Cinephiles know the Winnipeg-based Maddin (Tales from the Gimli Hospital, Twilight of the Ice Nymphs) as a unique, independent spirit who makes modern movies with exquisitely anachronistic techniques: fake degraded stock, blue and yellow tints, declamatory acting styles and lighting so soft-focus, Garbo could have bathed in it. The Saddest Music in the World, based on a script by Kazuo Ishiguro (author of The Remains of the Day), is Maddin's first superproduction. It boasts a $2.5 million budget and a few actors you may have heard of: Rossellini, Euro-Kewpie Maria de Medeiros and Mark McKinney from The Kids in the Hall.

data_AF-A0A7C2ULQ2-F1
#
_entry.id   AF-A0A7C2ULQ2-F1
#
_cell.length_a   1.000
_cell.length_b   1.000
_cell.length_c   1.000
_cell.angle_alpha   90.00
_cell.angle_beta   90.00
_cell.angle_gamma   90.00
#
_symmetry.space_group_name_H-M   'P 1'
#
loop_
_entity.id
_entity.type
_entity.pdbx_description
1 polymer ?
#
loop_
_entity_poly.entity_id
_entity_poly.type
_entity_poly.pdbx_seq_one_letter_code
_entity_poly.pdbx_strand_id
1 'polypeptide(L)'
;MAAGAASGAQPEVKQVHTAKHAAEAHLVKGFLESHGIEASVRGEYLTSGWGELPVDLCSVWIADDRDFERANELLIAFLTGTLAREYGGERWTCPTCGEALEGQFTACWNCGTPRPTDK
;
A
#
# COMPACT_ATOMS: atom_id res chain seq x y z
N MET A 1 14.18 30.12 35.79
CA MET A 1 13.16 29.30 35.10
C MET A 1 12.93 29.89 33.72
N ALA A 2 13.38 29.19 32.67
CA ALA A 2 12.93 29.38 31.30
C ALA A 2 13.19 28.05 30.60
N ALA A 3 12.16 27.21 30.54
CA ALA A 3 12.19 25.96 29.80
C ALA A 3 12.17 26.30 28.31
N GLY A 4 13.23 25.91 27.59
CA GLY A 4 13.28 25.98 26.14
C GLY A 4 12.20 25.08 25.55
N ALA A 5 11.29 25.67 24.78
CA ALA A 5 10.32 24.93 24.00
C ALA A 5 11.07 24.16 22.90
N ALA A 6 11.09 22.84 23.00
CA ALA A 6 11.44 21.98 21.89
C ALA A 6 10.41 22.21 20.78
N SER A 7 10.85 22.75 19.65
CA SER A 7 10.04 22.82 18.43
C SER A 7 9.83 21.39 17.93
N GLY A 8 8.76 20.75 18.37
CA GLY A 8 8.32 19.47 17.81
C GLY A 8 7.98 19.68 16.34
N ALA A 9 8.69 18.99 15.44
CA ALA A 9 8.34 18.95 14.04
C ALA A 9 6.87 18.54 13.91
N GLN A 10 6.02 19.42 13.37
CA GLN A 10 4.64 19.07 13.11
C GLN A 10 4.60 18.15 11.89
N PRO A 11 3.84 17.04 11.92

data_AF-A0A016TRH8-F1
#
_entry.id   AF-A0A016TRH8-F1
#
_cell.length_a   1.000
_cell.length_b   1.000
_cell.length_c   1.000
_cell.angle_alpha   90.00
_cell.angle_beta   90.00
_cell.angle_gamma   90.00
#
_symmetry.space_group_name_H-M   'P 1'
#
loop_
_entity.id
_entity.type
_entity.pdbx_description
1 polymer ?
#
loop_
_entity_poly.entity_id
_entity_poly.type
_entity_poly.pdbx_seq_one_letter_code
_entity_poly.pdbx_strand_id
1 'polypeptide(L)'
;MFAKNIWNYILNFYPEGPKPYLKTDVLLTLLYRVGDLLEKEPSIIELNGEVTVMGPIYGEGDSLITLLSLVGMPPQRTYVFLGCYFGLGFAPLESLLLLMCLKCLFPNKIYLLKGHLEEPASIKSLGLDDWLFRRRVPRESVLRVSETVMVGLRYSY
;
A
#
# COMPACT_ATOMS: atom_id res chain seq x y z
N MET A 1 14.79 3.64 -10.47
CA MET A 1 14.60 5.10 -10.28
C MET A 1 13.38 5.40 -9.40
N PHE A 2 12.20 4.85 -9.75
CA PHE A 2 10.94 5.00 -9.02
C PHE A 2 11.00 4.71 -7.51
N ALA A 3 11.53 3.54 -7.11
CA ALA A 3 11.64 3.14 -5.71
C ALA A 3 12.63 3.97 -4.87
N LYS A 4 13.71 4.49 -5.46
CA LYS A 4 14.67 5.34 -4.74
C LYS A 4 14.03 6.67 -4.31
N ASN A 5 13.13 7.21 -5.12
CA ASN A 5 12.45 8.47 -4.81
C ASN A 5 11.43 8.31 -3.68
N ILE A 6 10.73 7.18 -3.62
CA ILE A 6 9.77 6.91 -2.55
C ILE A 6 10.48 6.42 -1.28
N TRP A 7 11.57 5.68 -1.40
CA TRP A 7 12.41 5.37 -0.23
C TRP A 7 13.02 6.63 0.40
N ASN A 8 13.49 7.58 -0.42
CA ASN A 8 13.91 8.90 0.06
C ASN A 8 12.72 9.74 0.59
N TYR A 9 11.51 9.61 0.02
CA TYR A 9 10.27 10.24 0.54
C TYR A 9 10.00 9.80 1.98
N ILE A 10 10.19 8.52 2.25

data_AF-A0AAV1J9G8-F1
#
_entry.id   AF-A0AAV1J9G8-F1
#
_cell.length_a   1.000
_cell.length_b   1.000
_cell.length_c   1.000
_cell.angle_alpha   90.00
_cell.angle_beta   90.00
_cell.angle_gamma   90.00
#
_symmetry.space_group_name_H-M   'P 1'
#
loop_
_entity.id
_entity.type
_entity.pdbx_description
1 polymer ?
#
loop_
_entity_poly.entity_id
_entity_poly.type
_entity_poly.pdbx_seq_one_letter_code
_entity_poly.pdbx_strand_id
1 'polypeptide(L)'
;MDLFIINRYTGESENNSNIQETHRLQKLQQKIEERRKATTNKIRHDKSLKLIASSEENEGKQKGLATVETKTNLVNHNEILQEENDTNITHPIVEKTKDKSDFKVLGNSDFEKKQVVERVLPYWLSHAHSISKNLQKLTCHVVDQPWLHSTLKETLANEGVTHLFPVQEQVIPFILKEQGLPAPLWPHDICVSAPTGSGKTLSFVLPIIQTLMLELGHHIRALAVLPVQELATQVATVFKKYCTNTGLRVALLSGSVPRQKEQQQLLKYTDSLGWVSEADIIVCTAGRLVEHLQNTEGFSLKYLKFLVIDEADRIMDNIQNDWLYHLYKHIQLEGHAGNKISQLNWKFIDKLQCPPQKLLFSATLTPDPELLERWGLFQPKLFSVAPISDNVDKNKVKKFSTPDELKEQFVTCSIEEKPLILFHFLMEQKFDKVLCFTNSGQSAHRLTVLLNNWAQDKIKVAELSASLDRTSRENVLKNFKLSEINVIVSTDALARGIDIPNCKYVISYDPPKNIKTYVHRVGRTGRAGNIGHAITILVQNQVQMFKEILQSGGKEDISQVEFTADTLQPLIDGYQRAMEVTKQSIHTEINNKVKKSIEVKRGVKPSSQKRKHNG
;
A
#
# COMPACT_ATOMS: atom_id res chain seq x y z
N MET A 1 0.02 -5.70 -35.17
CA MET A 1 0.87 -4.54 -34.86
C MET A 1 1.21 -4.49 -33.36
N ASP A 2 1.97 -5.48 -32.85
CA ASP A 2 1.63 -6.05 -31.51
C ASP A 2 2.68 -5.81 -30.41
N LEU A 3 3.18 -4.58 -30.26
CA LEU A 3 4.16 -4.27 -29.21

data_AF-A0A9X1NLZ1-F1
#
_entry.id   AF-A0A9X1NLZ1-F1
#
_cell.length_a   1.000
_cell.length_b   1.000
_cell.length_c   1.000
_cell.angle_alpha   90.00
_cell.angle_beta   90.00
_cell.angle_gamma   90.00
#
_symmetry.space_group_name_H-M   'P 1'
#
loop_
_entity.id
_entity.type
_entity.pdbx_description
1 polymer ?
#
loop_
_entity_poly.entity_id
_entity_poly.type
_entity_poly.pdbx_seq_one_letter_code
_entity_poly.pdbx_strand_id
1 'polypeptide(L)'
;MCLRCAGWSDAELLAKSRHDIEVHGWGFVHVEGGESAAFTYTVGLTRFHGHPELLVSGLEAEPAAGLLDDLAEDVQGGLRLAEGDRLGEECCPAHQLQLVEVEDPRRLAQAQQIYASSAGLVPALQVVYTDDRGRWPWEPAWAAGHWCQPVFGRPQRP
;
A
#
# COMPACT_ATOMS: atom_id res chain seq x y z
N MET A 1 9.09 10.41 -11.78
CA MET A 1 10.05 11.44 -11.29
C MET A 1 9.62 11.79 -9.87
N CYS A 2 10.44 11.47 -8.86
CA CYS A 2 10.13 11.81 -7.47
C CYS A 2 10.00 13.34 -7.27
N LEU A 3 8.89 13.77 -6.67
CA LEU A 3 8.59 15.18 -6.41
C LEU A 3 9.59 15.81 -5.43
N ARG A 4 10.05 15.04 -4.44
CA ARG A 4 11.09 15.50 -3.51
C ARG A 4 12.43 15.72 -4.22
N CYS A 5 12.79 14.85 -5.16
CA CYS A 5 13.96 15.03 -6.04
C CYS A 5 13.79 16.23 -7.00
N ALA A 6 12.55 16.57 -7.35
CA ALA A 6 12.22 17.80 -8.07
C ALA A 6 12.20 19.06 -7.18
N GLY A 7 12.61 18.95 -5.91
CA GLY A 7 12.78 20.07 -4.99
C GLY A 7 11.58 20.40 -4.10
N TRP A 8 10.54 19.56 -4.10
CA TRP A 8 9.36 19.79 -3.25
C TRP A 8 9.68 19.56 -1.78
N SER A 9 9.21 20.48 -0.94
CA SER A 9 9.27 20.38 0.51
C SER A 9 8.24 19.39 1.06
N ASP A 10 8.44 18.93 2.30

The approach, though, is as weird as ever. From the talking tapeworm at the beginning to the Eskimo production number at the end, Saddest Music is the most enthralling 1933 musical made in 2003. In a movie age when there's hardly a garde, let alone an avant-garde, Maddin proves there are many languages to cinema, including the dead one of antique film. And in that language, he sings, he soars.